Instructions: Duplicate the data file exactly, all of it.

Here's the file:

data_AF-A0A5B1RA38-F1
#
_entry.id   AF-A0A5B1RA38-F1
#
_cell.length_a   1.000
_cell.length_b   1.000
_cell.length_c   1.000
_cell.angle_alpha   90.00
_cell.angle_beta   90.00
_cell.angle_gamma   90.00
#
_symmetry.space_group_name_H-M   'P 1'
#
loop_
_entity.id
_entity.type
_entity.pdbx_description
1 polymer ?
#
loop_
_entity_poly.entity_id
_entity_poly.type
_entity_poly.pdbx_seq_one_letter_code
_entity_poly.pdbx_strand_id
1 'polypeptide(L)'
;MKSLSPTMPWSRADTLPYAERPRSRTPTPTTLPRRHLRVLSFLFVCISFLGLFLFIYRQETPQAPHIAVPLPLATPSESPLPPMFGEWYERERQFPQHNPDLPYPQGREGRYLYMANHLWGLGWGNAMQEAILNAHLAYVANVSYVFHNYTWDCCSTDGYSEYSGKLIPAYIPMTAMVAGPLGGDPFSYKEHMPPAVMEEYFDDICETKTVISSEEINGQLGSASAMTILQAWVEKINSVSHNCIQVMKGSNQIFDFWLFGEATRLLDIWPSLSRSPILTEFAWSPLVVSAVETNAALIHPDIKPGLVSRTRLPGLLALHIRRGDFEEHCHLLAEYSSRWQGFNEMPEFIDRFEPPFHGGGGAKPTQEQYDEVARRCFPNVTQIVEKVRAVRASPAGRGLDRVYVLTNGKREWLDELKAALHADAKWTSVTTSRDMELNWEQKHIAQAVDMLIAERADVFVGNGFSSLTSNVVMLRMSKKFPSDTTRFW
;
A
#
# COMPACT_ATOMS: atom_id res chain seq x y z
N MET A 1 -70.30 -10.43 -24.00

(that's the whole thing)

data_AF-A0A5B1RA38-F1
#
_entry.id   AF-A0A5B1RA38-F1
#
_cell.length_a   1.000
_cell.length_b   1.000
_cell.length_c   1.000
_cell.angle_alpha   90.00
_cell.angle_beta   90.00
_cell.angle_gamma   90.00
#
_symmetry.space_group_name_H-M   'P 1'
#
loop_
_entity.id
_entity.type
_entity.pdbx_description
1 polymer ?
#
loop_
_entity_poly.entity_id
_entity_poly.type
_entity_poly.pdbx_seq_one_letter_code
_entity_poly.pdbx_strand_id
1 'polypeptide(L)'
;MKSLSPTMPWSRADTLPYAERPRSRTPTPTTLPRRHLRVLSFLFVCISFLGLFLFIYRQETPQAPHIAVPLPLATPSESPLPPMFGEWYERERQFPQHNPDLPYPQGREGRYLYMANHLWGLGWGNAMQEAILNAHLAYVANVSYVFHNYTWDCCSTDGYSEYSGKLIPAYIPMTAMVAGPLGGDPFSYKEHMPPAVMEEYFDDICETKTVISSEEINGQLGSASAMTILQAWVEKINSVSHNCIQVMKGSNQIFDFWLFGEATRLLDIWPSLSRSPILTEFAWSPLVVSAVETNAALIHPDIKPGLVSRTRLPGLLALHIRRGDFEEHCHLLAEYSSRWQGFNEMPEFIDRFEPPFHGGGGAKPTQEQYDEVARRCFPNVTQIVEKVRAVRASPAGRGLDRVYVLTNGKREWLDELKAALHADAKWTSVTTSRDMELNWEQKHIAQAVDMLIAERADVFVGNGFSSLTSNVVMLRMSKKFPSDTTRFW
;
A
#
# COMPACT_ATOMS: atom_id res chain seq x y z
N MET A 1 -70.30 -10.43 -24.00